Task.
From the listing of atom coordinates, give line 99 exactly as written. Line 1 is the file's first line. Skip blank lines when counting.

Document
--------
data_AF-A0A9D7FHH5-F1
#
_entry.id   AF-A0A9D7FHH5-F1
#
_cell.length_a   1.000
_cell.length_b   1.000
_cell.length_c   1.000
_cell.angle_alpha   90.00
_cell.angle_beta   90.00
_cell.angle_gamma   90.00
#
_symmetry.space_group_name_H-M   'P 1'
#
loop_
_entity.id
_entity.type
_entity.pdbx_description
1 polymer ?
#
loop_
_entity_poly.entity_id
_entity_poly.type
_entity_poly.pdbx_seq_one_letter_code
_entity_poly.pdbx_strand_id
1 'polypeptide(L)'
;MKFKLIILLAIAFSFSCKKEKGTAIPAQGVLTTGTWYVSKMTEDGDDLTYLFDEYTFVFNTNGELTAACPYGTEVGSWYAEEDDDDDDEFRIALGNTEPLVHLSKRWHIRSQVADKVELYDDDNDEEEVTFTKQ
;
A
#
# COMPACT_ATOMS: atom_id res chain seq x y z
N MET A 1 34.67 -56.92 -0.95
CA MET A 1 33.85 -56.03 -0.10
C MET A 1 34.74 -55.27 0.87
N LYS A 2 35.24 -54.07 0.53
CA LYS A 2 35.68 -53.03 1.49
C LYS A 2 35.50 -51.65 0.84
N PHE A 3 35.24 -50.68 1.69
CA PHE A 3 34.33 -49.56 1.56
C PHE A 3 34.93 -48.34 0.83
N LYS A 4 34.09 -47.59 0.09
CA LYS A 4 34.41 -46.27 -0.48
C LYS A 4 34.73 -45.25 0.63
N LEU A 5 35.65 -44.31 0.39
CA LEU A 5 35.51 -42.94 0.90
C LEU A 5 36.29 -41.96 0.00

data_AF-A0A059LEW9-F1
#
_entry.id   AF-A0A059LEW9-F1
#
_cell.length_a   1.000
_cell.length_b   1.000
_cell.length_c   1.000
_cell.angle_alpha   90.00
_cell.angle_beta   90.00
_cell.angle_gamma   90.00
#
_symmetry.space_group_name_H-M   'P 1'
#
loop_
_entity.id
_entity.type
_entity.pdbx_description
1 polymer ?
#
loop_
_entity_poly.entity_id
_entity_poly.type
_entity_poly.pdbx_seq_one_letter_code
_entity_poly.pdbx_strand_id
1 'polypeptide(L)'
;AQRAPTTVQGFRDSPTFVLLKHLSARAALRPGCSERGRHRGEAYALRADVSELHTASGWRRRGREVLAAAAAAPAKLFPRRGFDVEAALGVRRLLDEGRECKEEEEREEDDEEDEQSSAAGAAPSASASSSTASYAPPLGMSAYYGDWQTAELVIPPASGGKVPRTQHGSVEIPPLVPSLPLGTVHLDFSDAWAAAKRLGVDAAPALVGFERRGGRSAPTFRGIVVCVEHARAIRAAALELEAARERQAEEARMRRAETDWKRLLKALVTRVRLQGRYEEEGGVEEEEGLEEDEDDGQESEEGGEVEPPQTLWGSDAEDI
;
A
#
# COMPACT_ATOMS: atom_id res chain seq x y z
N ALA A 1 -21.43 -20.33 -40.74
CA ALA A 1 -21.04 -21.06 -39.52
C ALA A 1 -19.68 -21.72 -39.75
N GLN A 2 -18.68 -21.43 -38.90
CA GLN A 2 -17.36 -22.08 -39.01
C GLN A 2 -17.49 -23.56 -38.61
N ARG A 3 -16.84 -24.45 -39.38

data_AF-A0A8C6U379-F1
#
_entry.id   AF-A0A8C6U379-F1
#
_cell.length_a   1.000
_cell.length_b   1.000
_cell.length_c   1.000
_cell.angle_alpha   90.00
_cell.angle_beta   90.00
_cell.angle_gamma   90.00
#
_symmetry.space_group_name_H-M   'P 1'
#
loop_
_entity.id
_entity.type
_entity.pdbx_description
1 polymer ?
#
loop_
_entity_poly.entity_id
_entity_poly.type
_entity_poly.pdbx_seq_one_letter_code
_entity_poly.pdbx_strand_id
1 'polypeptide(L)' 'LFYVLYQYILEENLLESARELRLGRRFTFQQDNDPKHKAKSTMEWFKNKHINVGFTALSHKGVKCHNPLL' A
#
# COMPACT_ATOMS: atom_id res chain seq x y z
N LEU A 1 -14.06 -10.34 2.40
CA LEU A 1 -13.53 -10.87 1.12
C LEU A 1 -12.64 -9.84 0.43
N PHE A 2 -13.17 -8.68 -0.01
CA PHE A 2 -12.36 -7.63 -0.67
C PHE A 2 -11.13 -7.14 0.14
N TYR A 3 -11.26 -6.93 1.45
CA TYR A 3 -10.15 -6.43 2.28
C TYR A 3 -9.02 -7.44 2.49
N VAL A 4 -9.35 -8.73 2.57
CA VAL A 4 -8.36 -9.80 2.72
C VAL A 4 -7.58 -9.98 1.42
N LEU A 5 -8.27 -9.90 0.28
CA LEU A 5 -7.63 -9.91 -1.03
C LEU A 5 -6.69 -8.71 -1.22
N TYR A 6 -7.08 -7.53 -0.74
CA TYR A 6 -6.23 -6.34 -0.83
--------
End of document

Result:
_entity.pdbx_description